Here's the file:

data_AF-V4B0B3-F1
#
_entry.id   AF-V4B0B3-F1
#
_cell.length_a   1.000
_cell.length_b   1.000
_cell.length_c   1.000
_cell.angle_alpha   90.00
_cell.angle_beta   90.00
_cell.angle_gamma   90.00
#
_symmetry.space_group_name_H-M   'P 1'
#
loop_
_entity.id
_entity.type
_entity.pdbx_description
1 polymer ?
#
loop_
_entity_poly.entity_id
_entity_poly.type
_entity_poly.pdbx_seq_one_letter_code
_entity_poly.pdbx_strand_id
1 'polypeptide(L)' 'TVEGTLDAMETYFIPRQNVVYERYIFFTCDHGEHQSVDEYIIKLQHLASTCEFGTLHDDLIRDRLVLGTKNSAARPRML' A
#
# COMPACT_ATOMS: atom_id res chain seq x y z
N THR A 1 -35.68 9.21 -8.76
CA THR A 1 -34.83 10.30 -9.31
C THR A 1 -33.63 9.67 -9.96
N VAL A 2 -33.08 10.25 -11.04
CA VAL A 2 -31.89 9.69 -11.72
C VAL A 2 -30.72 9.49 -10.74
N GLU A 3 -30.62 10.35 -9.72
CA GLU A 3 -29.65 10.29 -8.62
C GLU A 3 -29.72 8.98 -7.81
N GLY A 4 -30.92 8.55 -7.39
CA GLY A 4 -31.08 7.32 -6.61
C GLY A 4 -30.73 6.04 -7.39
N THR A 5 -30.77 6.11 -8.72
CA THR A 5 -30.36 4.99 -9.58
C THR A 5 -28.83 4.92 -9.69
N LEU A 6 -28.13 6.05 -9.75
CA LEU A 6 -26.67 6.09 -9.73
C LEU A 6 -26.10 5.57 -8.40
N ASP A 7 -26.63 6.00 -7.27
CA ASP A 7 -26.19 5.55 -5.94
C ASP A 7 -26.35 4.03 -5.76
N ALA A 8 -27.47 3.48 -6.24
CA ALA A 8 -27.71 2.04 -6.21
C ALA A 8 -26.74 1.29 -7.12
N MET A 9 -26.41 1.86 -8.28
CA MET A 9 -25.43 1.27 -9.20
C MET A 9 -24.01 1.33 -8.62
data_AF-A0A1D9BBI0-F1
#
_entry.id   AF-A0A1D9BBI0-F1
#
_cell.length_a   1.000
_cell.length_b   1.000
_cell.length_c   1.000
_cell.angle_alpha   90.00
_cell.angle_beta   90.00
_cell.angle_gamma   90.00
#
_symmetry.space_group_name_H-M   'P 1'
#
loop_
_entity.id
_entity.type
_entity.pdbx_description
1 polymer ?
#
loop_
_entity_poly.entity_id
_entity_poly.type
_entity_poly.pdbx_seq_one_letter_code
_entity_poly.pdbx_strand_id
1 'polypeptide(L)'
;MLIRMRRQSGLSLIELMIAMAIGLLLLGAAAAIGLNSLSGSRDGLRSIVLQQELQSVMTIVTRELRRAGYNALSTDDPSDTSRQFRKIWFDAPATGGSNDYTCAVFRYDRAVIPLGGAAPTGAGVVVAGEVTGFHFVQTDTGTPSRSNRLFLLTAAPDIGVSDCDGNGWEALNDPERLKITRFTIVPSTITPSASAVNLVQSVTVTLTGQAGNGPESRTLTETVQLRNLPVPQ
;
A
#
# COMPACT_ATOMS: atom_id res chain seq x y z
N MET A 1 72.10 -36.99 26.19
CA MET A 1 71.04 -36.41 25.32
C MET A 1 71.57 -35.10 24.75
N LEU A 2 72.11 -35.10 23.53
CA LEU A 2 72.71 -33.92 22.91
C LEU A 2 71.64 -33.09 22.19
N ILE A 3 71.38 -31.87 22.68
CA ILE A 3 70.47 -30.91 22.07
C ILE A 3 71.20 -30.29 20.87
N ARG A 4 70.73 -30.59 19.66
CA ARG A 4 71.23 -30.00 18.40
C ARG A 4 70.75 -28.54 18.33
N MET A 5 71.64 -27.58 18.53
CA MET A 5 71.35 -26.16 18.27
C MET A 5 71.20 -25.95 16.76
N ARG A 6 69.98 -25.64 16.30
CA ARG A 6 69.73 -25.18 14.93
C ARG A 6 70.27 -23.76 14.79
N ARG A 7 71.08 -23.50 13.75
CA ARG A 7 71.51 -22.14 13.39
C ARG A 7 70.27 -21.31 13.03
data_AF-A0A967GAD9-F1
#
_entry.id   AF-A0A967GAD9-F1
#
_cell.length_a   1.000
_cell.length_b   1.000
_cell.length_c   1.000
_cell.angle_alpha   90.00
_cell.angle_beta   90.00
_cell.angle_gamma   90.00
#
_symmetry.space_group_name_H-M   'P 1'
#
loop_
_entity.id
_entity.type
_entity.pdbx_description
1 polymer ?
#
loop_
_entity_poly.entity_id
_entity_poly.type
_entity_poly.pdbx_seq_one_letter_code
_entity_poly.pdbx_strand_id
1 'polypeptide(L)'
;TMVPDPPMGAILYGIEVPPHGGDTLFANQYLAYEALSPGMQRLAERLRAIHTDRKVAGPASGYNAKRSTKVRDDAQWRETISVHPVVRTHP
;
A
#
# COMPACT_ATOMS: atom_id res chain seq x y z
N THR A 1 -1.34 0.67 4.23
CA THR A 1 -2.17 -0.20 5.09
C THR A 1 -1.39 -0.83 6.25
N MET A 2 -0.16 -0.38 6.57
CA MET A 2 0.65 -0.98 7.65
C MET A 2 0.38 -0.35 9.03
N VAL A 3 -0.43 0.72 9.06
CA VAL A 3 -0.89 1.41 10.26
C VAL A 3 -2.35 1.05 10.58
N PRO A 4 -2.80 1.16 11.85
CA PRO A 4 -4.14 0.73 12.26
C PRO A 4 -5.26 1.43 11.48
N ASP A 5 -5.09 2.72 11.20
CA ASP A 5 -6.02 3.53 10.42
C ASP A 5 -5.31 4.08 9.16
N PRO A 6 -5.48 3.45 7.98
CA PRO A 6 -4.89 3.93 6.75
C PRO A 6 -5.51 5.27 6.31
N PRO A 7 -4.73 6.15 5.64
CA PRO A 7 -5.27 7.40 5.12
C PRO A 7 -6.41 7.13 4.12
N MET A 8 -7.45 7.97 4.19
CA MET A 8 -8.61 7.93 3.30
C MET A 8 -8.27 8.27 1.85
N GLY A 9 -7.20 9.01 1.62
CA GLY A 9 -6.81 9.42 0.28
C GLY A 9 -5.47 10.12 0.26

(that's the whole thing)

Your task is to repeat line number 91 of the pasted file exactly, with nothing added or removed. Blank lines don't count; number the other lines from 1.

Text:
N ILE A 3 71.38 -31.87 22.68